For years he was the only Black editor in the front row at influential Fashion Week shows.
André Leon Talley, who became known across the world as an editor at Vogue magazine, has died, according to reports. Talley was known as a singular figure for years, working as a Black editor in high fashion. He developed close relationships with designers like Karl Lagerfeld as well as Vogue editor in chief Anna Wintour, among others.
Talley was 73.
The former editor died Tuesday at a hospital in White Plains, N.Y., where he had been living, TMZ reports. It was unclear what he was hospitalized for.
Talley was raised in North Carolina and took to fashion at a young age, watching women parade in and out of church. He was raised by his grandmother, who encouraged his interest in art, style, and creativity, and later attended Brown University, where he studied French literature.
After college he interned for Diana Vreeland, the legendary Vogue editor, at the Metropolitan Museum of Art. She worked in the Costume Institute. He went from there to working at Andy Warhol’s Interview Magazine and then Women’s Wear Daily, an industry trade journal. While at WWD he moved to Paris and became the Paris bureau chief, putting him in constant contact with the industry’s most powerful designers. His reviews continually gained him notice while he also made close friendships with the likes of Lagerfeld and Yves Saint Laurent.
Eventually he went to Vogue, where he met Anna Wintour, who was another editor there at the time. The two developed a working relationship, and after Wintour ascended to editor in chief, Talley became creative director, a position he held from 1988 to 1995.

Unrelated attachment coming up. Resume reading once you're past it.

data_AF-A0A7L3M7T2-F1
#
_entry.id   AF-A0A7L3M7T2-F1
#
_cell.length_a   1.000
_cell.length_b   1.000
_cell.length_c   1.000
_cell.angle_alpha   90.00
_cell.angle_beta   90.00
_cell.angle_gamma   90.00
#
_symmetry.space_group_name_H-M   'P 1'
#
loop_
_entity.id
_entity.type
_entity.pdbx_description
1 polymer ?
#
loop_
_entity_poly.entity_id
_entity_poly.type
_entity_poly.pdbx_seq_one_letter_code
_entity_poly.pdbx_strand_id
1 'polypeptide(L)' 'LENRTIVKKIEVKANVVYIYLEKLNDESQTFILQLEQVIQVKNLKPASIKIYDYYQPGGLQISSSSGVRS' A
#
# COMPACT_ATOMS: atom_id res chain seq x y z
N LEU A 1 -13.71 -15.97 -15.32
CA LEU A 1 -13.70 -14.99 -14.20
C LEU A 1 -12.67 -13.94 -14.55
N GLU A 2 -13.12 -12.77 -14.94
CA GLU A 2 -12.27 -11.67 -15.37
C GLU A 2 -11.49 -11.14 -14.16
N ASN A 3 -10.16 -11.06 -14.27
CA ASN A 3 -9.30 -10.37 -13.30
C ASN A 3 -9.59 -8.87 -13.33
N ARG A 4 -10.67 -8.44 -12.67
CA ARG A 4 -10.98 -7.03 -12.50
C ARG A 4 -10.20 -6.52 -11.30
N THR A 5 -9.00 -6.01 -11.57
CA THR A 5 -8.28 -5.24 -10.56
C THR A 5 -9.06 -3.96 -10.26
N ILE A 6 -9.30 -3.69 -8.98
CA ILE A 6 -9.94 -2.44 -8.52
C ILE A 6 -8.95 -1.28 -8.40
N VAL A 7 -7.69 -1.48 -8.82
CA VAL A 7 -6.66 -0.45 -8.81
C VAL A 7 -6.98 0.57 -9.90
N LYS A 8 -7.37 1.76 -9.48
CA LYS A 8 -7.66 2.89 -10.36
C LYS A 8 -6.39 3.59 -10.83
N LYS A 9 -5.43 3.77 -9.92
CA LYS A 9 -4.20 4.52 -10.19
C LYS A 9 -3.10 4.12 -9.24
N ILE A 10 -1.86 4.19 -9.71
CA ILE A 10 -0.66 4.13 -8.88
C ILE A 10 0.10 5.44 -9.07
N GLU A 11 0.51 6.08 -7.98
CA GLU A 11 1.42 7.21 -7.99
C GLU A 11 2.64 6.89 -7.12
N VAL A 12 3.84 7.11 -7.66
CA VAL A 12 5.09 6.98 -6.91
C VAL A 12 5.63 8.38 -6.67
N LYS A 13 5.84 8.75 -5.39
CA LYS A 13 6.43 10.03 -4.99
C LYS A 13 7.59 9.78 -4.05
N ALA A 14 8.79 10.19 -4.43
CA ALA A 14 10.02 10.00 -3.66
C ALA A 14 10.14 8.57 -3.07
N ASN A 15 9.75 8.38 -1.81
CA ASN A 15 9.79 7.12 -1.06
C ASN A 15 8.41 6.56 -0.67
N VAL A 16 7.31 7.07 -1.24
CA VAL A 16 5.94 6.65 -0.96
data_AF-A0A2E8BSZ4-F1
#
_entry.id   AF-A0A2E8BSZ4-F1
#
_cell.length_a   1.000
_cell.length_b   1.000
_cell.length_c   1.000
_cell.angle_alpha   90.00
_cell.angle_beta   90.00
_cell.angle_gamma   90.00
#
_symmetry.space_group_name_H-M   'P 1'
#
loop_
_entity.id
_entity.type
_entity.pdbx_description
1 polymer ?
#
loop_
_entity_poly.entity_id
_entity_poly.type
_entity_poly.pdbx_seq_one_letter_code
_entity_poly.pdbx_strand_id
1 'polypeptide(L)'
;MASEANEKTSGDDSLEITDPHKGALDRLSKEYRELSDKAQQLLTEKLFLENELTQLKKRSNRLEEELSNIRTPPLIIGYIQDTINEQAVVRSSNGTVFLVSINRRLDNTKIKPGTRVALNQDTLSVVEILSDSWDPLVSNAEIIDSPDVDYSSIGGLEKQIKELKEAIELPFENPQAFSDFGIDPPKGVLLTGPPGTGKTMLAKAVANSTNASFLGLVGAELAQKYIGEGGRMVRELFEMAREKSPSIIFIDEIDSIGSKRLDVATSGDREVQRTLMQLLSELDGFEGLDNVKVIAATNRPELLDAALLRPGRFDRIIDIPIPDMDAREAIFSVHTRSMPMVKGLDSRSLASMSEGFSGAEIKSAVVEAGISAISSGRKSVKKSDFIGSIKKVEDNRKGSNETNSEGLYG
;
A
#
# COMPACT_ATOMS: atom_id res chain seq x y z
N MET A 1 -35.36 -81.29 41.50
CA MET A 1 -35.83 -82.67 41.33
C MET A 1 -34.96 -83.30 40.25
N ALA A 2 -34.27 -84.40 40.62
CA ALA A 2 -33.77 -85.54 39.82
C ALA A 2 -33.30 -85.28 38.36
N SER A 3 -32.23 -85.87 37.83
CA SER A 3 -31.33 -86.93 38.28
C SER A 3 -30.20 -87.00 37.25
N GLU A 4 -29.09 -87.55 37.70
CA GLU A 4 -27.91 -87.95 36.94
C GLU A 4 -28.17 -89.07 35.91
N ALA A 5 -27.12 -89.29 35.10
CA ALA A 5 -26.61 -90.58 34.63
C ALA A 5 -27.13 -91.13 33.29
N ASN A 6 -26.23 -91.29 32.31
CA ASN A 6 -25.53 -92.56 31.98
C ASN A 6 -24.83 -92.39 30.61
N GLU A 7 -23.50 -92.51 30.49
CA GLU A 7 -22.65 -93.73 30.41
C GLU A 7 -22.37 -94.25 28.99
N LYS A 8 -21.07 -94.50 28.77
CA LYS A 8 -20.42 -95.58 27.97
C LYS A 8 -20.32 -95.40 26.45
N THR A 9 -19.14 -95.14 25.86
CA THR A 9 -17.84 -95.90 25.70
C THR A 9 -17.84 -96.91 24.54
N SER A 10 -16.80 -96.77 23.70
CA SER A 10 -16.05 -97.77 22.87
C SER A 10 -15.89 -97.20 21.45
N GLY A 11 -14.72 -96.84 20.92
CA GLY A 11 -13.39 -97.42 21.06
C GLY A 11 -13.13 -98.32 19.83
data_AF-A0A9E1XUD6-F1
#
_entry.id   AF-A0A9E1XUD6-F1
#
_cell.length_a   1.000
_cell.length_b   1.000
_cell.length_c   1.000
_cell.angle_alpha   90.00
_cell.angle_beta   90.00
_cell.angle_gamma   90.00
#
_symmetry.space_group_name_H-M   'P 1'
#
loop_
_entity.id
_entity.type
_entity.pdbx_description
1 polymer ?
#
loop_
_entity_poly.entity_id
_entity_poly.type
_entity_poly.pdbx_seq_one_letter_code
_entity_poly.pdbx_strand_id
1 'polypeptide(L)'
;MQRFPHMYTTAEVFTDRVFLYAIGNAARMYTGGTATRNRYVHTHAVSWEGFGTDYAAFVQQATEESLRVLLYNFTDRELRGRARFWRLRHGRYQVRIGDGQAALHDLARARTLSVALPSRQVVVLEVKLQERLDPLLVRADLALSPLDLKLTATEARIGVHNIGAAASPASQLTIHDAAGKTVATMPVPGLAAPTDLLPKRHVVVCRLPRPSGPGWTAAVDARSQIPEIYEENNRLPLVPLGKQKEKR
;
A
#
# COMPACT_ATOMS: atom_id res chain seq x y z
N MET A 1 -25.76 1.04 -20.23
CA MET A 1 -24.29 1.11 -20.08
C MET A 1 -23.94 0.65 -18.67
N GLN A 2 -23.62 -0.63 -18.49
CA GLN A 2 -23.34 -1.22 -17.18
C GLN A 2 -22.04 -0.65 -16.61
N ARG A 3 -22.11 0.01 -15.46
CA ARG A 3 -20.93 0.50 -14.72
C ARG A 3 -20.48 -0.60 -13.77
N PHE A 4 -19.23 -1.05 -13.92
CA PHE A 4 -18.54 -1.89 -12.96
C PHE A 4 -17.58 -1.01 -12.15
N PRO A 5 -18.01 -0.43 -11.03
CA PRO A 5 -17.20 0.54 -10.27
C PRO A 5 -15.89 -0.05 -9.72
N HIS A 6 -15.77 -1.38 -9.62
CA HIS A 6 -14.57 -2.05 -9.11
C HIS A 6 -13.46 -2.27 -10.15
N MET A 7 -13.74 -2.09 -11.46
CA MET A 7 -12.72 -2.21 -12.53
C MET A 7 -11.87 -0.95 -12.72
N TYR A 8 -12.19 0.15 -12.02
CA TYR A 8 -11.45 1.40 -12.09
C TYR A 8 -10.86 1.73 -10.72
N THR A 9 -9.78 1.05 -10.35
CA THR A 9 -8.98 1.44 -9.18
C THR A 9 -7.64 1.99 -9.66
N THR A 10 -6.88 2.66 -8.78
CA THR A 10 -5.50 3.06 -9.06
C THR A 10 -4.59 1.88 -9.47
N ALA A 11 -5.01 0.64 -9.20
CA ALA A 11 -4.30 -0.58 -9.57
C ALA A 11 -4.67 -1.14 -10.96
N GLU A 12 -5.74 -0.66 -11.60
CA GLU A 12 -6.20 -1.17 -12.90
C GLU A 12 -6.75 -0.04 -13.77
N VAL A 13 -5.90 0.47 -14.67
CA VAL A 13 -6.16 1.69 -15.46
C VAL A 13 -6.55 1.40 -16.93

After serving as creative director of Vogue, Talley was editor at large for the title. He also served as a top editor for Numero Russia. He said that he left Vogue for Numero because the salary was bigger. When he left Numero, after only a year, he said it was because of Russia’s anti-LGBTQ+ laws.
“The one thing that really impacted me was Rachel Maddow’s reporting last winter on the anti-LGBT laws in Russia,” Talley told WWD. “There are no civil rights for people there. That’s one of my reasons for departing.”
For much of his career, Talley demurred on details of his personal life, but he did once identify as fluid in terms of sexuality.
After that he continued to work for Vogue and did some work for Zappos Couture, among other projects. For a few years he was a staple hosting the red carpet for Vogue at the Met Gala. He also served as a consultant, providing advice to high-profile clients such as Michelle Obama on matters of style.
Talley wrote two memoirs: A.L.T.: A Memoir and The Chiffon Trenches: A Memoir. He was also the subject of the film The Gospel According to Andre. This came in addition to Talley serving as a go-to fashion historian for various documentaries like Valentino: The Last Emperor, Manolo: The Boy Who Made Shoes for Lizards, and The First Monday in May.